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Wall St. looks to capitalize on SOA

A Citigroup enterprise architect makes the case that SOA isn't an IT initiative to be managed, rather it's management initiative to bring IT into alignment with the business.

New York – Yesterday Skip Snow, an enterprise architect at Citigroup Inc., stood in front of a group of Wall Street's finest technical minds assembled for a Web services/SOA and declared, "Strategy is tactical."

Different units do not want a one-size-fits-all governance model.
Skip Snow
Enterprise ArchitectCitigroup Inc.

While some at the Web Services/SOA on Wall Street show continued to draw a thick line between strategic and tactical concerns in service-oriented architecture development, Snow insisted that agility, accuracy, transparency and compliance had become the main tactical goals of American business and that an SOA strategy represents the way to deliver on them. He positioned a functional SOA as the "governance mechanism" for the entire enterprise.

"The proposition is how to govern with SOA, not to govern SOA," he said. Key points within that included the need to create full feedback loops on decision making and enforcement as well as making the business side of the house fully interoperable with the IT side.

He also made the case that different lines of business need autonomy in how they govern these decisions, to allow for a separation of powers under the corporate umbrella.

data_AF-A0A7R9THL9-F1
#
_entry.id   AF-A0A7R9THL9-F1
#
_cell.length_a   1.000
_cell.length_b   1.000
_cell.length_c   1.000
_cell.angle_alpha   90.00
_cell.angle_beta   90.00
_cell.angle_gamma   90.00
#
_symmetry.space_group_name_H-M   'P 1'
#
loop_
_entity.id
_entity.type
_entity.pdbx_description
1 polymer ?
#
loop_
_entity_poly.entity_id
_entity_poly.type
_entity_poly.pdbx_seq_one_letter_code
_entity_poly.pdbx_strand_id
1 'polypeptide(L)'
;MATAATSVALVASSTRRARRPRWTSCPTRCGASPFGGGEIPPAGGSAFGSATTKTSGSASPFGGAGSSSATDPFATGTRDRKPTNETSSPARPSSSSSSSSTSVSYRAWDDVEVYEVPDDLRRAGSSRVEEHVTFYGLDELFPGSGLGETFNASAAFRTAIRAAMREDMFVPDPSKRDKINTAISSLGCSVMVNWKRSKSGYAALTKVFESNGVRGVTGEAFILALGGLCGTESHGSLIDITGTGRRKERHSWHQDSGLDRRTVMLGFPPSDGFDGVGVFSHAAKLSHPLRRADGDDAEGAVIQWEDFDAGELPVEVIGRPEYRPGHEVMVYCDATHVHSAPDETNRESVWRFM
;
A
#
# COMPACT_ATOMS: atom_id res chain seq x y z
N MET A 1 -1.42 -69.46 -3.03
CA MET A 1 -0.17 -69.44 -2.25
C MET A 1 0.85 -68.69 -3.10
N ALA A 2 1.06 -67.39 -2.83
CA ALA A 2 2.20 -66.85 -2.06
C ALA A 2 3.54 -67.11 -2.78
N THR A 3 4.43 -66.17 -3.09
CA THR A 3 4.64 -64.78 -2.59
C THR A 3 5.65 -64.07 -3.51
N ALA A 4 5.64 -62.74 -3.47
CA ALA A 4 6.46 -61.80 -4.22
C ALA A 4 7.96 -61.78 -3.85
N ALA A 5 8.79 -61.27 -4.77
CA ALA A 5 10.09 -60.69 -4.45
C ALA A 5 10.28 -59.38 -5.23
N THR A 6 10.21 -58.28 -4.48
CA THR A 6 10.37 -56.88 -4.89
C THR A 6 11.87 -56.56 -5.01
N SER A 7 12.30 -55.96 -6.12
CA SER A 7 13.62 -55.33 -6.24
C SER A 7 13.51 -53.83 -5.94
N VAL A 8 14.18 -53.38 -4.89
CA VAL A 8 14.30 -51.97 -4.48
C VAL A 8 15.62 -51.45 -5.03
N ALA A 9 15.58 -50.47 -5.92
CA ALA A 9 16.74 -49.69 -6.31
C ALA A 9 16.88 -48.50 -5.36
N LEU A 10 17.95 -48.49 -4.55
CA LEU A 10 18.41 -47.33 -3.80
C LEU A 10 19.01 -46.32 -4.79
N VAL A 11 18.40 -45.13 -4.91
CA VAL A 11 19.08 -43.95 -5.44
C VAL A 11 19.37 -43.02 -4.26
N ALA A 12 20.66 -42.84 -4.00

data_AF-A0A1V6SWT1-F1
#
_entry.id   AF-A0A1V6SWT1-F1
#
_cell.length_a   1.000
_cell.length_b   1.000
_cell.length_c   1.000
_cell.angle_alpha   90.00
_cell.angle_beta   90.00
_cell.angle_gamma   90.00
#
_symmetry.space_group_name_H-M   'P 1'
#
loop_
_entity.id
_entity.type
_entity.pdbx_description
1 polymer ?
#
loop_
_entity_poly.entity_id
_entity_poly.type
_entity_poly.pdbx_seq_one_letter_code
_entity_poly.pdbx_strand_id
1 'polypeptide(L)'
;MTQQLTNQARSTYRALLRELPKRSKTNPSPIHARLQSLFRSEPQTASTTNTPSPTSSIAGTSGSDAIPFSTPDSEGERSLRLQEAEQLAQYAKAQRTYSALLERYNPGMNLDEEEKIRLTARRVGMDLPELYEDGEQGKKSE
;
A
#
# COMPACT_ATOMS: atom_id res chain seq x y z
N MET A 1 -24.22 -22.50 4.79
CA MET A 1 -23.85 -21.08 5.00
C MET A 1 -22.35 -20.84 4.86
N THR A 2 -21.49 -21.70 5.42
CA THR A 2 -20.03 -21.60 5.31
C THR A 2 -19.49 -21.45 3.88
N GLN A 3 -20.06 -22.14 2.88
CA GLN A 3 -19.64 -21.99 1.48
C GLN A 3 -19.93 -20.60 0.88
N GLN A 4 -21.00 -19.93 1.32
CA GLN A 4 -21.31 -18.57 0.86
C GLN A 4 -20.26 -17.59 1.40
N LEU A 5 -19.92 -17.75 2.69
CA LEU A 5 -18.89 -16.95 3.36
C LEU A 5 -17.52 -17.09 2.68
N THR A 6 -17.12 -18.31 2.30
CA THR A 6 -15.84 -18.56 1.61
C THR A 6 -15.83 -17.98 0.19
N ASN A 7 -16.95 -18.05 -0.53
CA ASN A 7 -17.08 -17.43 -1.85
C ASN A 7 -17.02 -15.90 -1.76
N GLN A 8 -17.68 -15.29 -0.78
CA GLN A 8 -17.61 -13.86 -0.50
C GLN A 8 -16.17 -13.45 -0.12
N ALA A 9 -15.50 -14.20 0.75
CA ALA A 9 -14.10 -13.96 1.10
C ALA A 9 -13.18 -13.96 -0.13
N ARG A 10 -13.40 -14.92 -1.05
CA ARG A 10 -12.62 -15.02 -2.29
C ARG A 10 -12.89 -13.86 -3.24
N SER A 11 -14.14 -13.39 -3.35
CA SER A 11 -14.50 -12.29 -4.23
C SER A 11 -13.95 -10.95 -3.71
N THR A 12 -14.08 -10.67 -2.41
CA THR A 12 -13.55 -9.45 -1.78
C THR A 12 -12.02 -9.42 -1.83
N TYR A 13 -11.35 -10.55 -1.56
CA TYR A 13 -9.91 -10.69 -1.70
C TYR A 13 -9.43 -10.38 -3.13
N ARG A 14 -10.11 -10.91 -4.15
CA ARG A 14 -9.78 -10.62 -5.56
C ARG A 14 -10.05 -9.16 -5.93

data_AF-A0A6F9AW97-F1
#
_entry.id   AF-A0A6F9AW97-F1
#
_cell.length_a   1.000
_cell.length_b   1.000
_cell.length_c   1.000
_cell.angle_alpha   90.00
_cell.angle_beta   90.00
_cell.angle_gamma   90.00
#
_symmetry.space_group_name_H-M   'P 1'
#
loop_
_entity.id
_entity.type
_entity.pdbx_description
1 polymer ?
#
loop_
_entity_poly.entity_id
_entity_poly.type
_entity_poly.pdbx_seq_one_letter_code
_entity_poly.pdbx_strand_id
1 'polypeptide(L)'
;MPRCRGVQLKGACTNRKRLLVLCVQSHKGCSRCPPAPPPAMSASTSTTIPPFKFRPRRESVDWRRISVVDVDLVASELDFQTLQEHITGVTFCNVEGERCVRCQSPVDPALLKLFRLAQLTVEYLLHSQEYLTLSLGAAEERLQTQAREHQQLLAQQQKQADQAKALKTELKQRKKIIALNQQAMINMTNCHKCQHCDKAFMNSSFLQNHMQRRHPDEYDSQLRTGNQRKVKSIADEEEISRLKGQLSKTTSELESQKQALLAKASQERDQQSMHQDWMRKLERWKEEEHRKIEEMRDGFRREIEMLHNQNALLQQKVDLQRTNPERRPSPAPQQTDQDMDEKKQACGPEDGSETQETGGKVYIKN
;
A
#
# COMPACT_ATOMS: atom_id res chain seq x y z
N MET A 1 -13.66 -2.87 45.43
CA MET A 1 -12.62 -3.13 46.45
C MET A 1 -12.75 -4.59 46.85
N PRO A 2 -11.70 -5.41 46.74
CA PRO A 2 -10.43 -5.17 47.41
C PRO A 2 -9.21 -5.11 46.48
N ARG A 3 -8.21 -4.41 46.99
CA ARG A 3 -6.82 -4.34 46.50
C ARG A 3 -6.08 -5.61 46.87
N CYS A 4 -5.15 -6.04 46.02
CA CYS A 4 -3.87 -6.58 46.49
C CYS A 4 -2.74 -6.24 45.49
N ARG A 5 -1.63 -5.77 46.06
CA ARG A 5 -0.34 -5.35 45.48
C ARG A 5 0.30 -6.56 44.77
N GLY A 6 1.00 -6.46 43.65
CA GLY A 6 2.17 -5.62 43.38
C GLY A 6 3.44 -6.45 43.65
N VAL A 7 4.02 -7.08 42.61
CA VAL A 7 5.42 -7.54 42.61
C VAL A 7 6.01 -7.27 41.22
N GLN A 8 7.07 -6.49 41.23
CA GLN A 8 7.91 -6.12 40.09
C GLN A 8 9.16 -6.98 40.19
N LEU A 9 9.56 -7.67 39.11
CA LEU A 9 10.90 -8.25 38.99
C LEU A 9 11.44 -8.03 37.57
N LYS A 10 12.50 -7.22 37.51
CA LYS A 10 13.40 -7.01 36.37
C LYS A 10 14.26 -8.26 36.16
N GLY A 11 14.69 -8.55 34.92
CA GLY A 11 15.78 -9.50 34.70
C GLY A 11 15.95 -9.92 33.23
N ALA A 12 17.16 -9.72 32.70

"Different units do not want a one-size-fits-all governance model," Snow said. "That makes sense, not everyone group has the same needs. … There is a compliance guy with a view that is very different from the business guy view."

Founded in 1812, Citigroup currently manages "about a billion dollars in profit every 11 days." To maintain the growth and balance of such an empire, SOA governance has played a profound role. "It would be impossible to organically grow Citigroup without SOA," said Snow.

SOA, on the other hand, is not a just-add-water solution. "Don't buy into SOA thinking it is going to solve all your problems," said Robert Massie, VP of Financial Services at IBM. He argued there are many levels of SOA and governance and too many unanswered questions at present to cure all concerns.

"As service changes, it can have a very cascading atmosphere…a key concern for SOA governance," said Jake Sorofman, VP of Product Marketing at Systinet Inc. "There will be visible SOA failure in 2006." Though he added it is highly unlikely to stop progression of SOA adoption.

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The reason for this is because SOA governance is the mechanism by which decisions can be made and enforced. "Without a virtual meeting room, we're in trouble," Snow said. A commonplace for which all levels of a company can interact, and inevitably, enhance the overall value of a business. Snow further went on to explain that "SOA allows you to componentize your business, as opposed to componentizing your technology." Making business and IT interoperable is key.

Taking the interoperability credo down to the IT level, Snow said, "All repositories need to interoperate." In order to avoid overlap, he recommended creating an orchestration engine that makes sure one domain's governance doesn't run into another's.

While pursuing the strategic goal of being a well-connected and thoroughly integrated may cause some tactically-minded folks, Snow warned that failure to achieve it will put companies at a distinct disadvantage in comparison to their competitors who have managed to make it work.

"Without SOA governance, we will fail," he said.

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